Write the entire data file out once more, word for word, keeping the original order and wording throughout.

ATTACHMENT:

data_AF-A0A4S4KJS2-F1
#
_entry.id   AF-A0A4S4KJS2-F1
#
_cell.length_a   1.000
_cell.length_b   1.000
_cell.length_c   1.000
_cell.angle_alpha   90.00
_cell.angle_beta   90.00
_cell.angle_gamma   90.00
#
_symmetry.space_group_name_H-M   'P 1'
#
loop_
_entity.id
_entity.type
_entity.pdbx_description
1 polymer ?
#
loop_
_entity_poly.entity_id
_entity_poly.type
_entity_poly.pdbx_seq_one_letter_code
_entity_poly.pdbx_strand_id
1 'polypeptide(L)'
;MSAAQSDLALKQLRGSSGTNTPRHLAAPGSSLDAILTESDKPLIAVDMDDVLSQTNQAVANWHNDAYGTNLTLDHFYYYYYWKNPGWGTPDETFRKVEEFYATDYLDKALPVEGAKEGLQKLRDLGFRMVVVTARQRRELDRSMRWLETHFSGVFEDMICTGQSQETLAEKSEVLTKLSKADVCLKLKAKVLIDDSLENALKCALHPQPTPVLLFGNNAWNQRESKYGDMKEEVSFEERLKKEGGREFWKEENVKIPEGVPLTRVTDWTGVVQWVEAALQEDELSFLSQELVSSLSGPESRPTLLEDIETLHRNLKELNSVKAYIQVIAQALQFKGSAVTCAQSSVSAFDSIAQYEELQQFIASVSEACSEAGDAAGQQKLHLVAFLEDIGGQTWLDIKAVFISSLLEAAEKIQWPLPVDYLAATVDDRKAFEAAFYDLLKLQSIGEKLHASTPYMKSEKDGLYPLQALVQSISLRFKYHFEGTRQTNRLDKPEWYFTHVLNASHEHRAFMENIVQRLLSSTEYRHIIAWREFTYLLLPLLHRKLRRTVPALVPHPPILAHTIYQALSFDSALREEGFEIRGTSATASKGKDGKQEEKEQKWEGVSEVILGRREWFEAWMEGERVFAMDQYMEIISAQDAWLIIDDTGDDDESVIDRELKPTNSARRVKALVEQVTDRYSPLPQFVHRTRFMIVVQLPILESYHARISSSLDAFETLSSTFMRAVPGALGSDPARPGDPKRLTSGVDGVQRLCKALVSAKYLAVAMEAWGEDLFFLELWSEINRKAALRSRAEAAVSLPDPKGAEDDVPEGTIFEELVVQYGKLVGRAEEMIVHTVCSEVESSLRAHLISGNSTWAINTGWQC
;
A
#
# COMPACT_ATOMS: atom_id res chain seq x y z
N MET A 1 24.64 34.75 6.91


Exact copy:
data_AF-A0A4S4KJS2-F1
#
_entry.id   AF-A0A4S4KJS2-F1
#
_cell.length_a   1.000
_cell.length_b   1.000
_cell.length_c   1.000
_cell.angle_alpha   90.00
_cell.angle_beta   90.00
_cell.angle_gamma   90.00
#
_symmetry.space_group_name_H-M   'P 1'
#
loop_
_entity.id
_entity.type
_entity.pdbx_description
1 polymer ?
#
loop_
_entity_poly.entity_id
_entity_poly.type
_entity_poly.pdbx_seq_one_letter_code
_entity_poly.pdbx_strand_id
1 'polypeptide(L)'
;MSAAQSDLALKQLRGSSGTNTPRHLAAPGSSLDAILTESDKPLIAVDMDDVLSQTNQAVANWHNDAYGTNLTLDHFYYYYYWKNPGWGTPDETFRKVEEFYATDYLDKALPVEGAKEGLQKLRDLGFRMVVVTARQRRELDRSMRWLETHFSGVFEDMICTGQSQETLAEKSEVLTKLSKADVCLKLKAKVLIDDSLENALKCALHPQPTPVLLFGNNAWNQRESKYGDMKEEVSFEERLKKEGGREFWKEENVKIPEGVPLTRVTDWTGVVQWVEAALQEDELSFLSQELVSSLSGPESRPTLLEDIETLHRNLKELNSVKAYIQVIAQALQFKGSAVTCAQSSVSAFDSIAQYEELQQFIASVSEACSEAGDAAGQQKLHLVAFLEDIGGQTWLDIKAVFISSLLEAAEKIQWPLPVDYLAATVDDRKAFEAAFYDLLKLQSIGEKLHASTPYMKSEKDGLYPLQALVQSISLRFKYHFEGTRQTNRLDKPEWYFTHVLNASHEHRAFMENIVQRLLSSTEYRHIIAWREFTYLLLPLLHRKLRRTVPALVPHPPILAHTIYQALSFDSALREEGFEIRGTSATASKGKDGKQEEKEQKWEGVSEVILGRREWFEAWMEGERVFAMDQYMEIISAQDAWLIIDDTGDDDESVIDRELKPTNSARRVKALVEQVTDRYSPLPQFVHRTRFMIVVQLPILESYHARISSSLDAFETLSSTFMRAVPGALGSDPARPGDPKRLTSGVDGVQRLCKALVSAKYLAVAMEAWGEDLFFLELWSEINRKAALRSRAEAAVSLPDPKGAEDDVPEGTIFEELVVQYGKLVGRAEEMIVHTVCSEVESSLRAHLISGNSTWAINTGWQC
;
A
#
# COMPACT_ATOMS: atom_id res chain seq x y z
N MET A 1 24.64 34.75 6.91